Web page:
Modeling a Positive Displacement Pump With A Manual Pump Curve

Modeling a positive displacement (PD) pump in PIPE-FLO is a common question we’re frequently asked. Even if you’re not a PIPE-FLO user, understanding how to model a positive displacement pump may prove useful for you. There are two methods for modeling a PD pump:

  1. Creating a pump bypass line with a component that represents the slippage in the pump.
  2. Reading the flow rate versus pressure data from the manufacturer pump curve and input this data into PIPE-FLO as a pressure gain device.

Both methods accurately model a positive displacement pump, where you have to apply realistic flow limits to the model based on the actual performance of the pump.

In this article, we’ll go over the second way to model a positive displacement pump: reading the flow rate versus pressure data to input into PIPE-FLO.

What is a Positive Displacement Pump?

First, let’s define a positive displacement pump. A positive displacement (PD) pump moves a fluid by enclosing a fixed volume and moving it through the system. The pumping action is cyclic and can be driven by pistons, screws, gears, rollers, diaphragms or vanes.

Positive Displacement Curves

All PD pump manufacturers display their pump curves differently. The key data is flow rate and pressure drop corresponding to the viscosity of the fluid and the speed of the pump. The following graphs are PD pump curve examples for gear, lobe, and vane pumps.

Manufacturer: Pulsafeeder
Type: Eclipse Gear Pump, Model 5
Graph Axes: Pressure vs Flow Rate with speed lines

Manufacturer: Viking Pumps
Type: RL Industrial Lobe Pump, Model RL 150
Graph Axes: Flow Rate vs. Pump Speed with Pressure Lines

Manufacturer: Corken
Type: Coro-Vane Pump for LPG and NH3, Model 1021, 950 RPM’s
Graph Axes: Flow Rate vs. Differential Pressure at a fixed speed

All three of these curves display the flow rate, pressure drop, and pump speed in different formats.

Adding the PD Pump Curve Data to PIPE-FLO®

Adding the PD pump curve data to PIPE-FLO® consist of four steps. The first step is to choose the PD pump curve that represents the viscosity of your fluid. Next, read the line or individual graph that represents the revolutions per minute (RPM) of the pump. For the Viking Lobe pump curve shown above, the viscosity is 150 CentiStokes and the RPM is along the horizontal axis.

For this article, flow and pressure data for 400 RPM is illustrated. If you zoom into the graph and read up the 400 rpm axis, you can read the flow rate off the vertical axes that correspond to the individual pressure lines.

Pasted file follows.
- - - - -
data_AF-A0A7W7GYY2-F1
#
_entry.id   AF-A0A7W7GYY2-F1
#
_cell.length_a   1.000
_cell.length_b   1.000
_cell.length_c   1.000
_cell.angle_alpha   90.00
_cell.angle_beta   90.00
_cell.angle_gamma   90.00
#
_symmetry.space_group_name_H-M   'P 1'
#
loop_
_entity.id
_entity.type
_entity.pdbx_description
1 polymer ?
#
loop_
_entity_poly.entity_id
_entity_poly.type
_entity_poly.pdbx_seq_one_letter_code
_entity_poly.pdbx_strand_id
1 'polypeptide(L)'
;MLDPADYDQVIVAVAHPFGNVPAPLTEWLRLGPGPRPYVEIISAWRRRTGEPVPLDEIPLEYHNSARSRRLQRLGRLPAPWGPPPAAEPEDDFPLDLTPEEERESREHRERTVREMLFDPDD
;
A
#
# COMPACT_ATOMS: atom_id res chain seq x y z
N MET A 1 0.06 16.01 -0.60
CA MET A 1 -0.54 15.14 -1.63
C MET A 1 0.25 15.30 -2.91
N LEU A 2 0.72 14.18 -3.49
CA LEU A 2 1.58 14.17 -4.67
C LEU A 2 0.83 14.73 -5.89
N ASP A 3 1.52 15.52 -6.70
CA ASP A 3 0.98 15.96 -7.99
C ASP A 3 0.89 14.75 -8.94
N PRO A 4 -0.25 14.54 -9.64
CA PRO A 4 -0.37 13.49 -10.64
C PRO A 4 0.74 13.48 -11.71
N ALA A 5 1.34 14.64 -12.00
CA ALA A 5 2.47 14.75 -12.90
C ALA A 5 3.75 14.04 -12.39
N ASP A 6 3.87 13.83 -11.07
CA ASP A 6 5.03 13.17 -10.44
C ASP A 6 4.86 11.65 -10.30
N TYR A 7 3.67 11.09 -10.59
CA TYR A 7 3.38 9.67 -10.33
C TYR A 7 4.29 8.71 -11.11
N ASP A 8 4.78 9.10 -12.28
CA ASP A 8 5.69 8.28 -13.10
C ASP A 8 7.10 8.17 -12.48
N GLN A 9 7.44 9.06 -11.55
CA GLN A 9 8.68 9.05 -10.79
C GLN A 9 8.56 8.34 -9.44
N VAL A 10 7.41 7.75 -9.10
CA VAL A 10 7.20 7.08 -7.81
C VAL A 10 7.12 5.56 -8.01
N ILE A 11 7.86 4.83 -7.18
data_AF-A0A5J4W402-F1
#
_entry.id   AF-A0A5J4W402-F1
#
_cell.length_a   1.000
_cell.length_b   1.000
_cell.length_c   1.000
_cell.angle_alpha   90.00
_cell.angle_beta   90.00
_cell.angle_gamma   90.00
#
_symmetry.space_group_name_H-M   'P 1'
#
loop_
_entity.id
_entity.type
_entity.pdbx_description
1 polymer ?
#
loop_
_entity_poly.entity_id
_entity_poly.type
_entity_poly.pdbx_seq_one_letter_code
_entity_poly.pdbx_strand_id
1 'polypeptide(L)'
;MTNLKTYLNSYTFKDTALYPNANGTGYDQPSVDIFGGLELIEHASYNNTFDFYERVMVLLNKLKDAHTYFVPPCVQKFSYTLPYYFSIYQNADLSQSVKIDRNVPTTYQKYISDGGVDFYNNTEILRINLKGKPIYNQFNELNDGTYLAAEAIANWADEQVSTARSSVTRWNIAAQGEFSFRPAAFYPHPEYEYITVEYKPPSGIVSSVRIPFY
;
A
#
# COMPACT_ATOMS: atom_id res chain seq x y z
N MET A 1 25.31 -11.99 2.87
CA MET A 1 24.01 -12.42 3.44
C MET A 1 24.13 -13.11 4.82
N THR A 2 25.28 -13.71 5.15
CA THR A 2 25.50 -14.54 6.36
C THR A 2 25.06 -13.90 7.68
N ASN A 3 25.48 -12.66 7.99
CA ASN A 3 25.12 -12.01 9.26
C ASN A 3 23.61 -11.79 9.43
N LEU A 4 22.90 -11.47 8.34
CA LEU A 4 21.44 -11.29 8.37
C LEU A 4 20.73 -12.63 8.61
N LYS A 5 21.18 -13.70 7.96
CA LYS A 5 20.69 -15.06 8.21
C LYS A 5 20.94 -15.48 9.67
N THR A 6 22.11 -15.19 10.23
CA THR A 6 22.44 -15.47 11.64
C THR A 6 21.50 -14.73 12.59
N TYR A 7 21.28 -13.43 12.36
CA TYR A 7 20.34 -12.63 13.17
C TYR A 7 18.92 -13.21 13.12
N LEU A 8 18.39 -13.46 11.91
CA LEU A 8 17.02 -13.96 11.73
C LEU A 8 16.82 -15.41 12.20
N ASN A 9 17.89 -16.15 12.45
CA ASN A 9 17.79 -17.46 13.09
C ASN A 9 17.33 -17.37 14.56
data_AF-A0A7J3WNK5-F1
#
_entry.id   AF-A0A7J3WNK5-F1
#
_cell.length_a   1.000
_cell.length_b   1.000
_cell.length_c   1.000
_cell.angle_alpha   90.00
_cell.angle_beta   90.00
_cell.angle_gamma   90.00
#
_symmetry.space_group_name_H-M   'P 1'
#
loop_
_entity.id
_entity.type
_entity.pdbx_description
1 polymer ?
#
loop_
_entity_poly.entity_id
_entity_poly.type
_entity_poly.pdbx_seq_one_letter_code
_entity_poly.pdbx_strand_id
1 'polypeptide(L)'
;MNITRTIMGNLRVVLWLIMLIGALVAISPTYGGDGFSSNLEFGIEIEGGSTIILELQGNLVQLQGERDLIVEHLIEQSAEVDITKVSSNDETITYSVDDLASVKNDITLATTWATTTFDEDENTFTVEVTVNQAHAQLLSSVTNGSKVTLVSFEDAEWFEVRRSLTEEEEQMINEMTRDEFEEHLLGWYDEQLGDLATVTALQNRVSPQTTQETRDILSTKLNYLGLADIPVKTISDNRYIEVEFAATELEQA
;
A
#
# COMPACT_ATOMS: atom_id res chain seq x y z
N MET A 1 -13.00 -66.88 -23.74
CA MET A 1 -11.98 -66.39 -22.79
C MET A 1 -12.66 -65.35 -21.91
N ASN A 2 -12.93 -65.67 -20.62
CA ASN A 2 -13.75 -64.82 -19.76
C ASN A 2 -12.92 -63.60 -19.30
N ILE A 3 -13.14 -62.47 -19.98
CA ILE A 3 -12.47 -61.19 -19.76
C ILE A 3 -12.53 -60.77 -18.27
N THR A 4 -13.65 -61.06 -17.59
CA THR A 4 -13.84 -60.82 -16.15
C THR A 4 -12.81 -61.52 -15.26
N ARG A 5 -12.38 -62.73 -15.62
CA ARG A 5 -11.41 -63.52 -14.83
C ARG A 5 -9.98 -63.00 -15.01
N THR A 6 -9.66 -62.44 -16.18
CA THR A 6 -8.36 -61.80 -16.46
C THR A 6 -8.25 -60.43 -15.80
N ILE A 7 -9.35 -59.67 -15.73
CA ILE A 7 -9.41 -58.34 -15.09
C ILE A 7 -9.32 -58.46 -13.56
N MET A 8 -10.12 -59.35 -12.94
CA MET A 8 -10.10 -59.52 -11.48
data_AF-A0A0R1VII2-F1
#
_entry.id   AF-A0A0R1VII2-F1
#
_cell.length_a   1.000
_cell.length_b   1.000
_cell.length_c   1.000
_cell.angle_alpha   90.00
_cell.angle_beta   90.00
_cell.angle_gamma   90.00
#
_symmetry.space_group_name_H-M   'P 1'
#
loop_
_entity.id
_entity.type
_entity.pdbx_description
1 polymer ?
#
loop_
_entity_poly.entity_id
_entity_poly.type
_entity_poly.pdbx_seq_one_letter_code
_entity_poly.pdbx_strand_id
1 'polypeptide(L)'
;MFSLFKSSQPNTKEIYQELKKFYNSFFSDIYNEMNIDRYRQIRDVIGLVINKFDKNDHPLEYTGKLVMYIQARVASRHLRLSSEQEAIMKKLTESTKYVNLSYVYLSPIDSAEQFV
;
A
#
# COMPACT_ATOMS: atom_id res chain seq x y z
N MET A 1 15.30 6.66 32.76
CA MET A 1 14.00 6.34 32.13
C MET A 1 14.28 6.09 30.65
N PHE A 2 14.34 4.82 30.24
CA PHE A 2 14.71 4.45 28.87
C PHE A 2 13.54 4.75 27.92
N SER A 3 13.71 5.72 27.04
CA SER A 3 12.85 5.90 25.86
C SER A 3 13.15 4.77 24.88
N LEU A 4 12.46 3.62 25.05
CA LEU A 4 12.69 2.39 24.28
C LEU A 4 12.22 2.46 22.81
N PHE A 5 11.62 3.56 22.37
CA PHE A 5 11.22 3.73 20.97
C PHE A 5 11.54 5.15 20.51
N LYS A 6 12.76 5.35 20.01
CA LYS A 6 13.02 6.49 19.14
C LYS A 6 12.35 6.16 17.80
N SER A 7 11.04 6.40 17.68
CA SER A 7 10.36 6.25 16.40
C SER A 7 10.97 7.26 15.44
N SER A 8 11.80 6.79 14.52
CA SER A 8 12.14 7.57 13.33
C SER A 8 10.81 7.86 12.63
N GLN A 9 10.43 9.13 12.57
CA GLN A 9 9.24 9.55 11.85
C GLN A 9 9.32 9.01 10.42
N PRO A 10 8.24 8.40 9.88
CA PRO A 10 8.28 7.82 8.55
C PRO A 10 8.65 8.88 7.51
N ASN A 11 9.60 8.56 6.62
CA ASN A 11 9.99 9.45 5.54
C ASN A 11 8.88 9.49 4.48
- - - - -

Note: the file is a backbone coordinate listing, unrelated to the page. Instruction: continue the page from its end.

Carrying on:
The following is the PD curve data from this lobe pump.

The following is the PD curve data from this lobe pump.

The next step is to determine the pressure value when the flow is zero. This is needed because the first entry in the PIPE-FLO® Curve Data dialog box is the shut off head, or the pressure at a zero flow rate. So we will set Flow Rate (gpm) as the Y Intercept.

Although this value has no real meaning for a PD Pump, it is necessary in order for us to use the pressure gain device dialog box to model the PD Pump. An easy way to find the Y Intercept that corresponds to the Zero flow rate is through an Excel® spreadsheet and using the INTERCEPT (Y range, X range) function. Below is an example.

The Y intercept is 1240 for the above data.

The last step is adding the data to PIPE-FLO® as a pressure gain device. This is done after inserting a pressure gain device on the FLO-Sheet, right clicking on the pressure gain device, selecting Enter Curve Data and finally entering the data into the appropriate fields. Note that this may also be done through the pressure gain device’s Property Grid. An example of the entered data into the Curve Data dialog box is shown below.

PIPE-FLO® will create a pump curve based on the manual imputed data. The Viking Lobe pump curve is shown below.

The user needs to apply realistic flow limits to the model based on the actual performance of the pump. The above example shows at 400 RPM, the flow range is between 420 and 540 gpm and this is the realistic flow. Any flow values outside of this range would not be accurate because it is not practical based on the extrapolated pump data at 400 RPMs.

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